All Saints’ Day honors saints’ lives, work

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 Illustration by Alexandra Nelipa

Illustration by Alexandra Nelipa

Catholic students will celebrate holy day in November.

By Valerie Champion

sac-ranger@alamo.edu

Last year was the first year liberal arts sophomore Alyssa Trujillo celebrated All Saints’ Day.

She said she went to a special Mass for the occasion.

“I really like Mother Teresa,” she said. Trujillo has a pendant of St. Teresa of Calcutta, known to many as Mother Teresa, on her bracelet.

Pope Francis canonized the late nun and champion of the poor at a Mass Sept. 4 in Vatican City, according to a CNN.com article posted that morning.

All Saints’ Day is celebrated Nov. 1 in the western world.

Philosophy full-time Adjunct Ryan Lozano, who teaches philosophy of religion at this college, said it is celebrated by Roman Catholics, the Eastern Orthodox church and Episcopalians, among others.

“Generally celebrations are for those who are acknowledged as saints (by the church),” Lozano said.

 Illustration by Alexandra Nelipa

Illustration by Alexandra Nelipa

A saint is anyone acknowledged by the church as a holy or virtuous person who has gone to heaven after death.

The Catholic church formally chooses them through a process called canonization, in which a panel of theologians and church leaders determine whether a candidate’s life is worthy of sainthood, according to an article on the Vatican website.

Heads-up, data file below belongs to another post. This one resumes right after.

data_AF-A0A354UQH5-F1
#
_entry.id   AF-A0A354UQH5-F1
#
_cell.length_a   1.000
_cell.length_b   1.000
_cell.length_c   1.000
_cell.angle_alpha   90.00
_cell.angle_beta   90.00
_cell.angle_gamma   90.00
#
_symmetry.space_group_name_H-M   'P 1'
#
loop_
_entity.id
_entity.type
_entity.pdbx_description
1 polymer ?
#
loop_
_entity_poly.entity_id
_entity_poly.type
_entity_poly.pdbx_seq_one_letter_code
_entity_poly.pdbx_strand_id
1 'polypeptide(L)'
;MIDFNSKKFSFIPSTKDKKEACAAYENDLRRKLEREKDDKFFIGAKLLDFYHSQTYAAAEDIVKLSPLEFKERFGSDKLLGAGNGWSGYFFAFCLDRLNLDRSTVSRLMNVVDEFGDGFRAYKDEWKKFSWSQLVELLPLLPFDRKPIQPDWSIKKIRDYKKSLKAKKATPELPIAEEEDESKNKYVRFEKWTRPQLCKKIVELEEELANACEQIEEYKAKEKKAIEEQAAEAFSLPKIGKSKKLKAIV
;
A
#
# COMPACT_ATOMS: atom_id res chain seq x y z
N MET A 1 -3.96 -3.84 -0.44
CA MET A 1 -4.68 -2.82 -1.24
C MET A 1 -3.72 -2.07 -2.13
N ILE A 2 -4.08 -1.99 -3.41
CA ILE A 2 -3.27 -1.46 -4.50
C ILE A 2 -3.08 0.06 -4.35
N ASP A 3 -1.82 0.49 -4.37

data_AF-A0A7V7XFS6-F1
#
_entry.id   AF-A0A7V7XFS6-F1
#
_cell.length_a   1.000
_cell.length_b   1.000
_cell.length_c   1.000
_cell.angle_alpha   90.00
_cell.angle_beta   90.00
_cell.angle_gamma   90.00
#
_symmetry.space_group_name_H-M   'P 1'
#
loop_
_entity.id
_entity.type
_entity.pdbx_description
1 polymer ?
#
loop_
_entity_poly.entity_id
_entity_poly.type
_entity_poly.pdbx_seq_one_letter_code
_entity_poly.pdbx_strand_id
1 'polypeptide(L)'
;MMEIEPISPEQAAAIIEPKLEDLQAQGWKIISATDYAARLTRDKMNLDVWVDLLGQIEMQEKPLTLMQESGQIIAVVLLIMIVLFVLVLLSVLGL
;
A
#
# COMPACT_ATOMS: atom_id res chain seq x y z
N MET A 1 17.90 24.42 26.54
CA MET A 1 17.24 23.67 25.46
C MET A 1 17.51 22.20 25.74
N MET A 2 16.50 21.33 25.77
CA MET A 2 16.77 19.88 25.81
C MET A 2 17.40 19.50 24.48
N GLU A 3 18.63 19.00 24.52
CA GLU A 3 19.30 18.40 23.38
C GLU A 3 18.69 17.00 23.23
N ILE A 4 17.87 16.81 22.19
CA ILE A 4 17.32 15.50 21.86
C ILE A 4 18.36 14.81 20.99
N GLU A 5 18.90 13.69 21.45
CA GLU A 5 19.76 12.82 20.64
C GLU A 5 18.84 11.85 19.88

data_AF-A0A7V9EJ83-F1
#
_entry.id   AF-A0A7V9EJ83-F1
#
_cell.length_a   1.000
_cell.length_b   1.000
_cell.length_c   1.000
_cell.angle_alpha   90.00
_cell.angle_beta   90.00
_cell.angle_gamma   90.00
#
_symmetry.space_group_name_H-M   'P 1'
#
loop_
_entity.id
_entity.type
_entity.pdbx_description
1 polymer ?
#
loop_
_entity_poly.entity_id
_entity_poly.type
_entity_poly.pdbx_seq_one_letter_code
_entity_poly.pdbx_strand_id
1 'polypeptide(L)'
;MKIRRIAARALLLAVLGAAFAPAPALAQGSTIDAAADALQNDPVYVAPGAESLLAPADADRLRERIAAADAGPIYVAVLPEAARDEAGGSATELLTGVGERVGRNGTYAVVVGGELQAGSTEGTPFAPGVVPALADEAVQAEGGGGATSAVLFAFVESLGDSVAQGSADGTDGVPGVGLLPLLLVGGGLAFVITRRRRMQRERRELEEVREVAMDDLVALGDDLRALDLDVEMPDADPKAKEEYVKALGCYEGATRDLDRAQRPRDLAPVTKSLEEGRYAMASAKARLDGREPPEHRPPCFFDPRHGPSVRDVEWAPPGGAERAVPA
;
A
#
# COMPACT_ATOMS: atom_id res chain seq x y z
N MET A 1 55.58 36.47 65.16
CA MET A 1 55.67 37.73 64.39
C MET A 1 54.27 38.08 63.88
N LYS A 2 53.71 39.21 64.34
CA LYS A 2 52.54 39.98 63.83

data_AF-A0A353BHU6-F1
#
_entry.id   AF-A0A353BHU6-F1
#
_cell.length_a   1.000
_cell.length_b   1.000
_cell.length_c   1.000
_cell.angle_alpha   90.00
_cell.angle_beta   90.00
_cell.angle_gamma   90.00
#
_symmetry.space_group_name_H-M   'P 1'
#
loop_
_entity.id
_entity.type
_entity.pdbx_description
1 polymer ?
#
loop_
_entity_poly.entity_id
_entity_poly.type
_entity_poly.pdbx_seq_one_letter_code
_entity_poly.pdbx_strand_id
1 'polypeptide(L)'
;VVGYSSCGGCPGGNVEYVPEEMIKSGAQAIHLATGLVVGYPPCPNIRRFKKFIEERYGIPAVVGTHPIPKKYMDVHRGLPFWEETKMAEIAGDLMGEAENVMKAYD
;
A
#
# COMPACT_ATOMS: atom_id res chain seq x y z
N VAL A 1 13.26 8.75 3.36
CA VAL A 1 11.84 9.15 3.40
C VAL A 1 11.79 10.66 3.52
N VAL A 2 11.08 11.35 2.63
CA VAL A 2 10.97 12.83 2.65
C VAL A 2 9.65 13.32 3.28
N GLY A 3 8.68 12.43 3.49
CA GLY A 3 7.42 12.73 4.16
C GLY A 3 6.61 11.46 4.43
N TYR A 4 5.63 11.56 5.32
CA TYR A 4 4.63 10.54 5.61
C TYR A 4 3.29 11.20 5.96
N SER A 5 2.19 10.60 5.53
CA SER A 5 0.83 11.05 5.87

Lozano said All Saints’ Day officially started in the seventh century in 1609 by Pope Boniface IV.

It was originally observed in May to commemorate the Virgin Mary and martyrs recognized by the church.

He said this first incarnation of All Saints’ Day aligned with a pagan ritual commemorating restless spirits of the dead.

For the Roman Catholic church, All Saints’ Day is an obligation.

“You are required essentially to be at Mass that day,” Lozano said.

Sara Garcia, campus minister at this college’s Catholic Student Center, said Mass on All Saint’s Day is a great teachable moment for younger children, who may even dress up as saints for the celebration.

“It definitely depends on the age group,” Garcia said.

Trujillo, a Catholic student, said she likes that there are photographs of newer saints, like St. Teresa of Calcutta, whereas older saints only have paintings to depict them.

Other saints in the canon include St. Rose of Lima, St. Francis of Assisi, St. Thomas Aquinas, St. Paul and St. Anthony, the patron of San Antonio.

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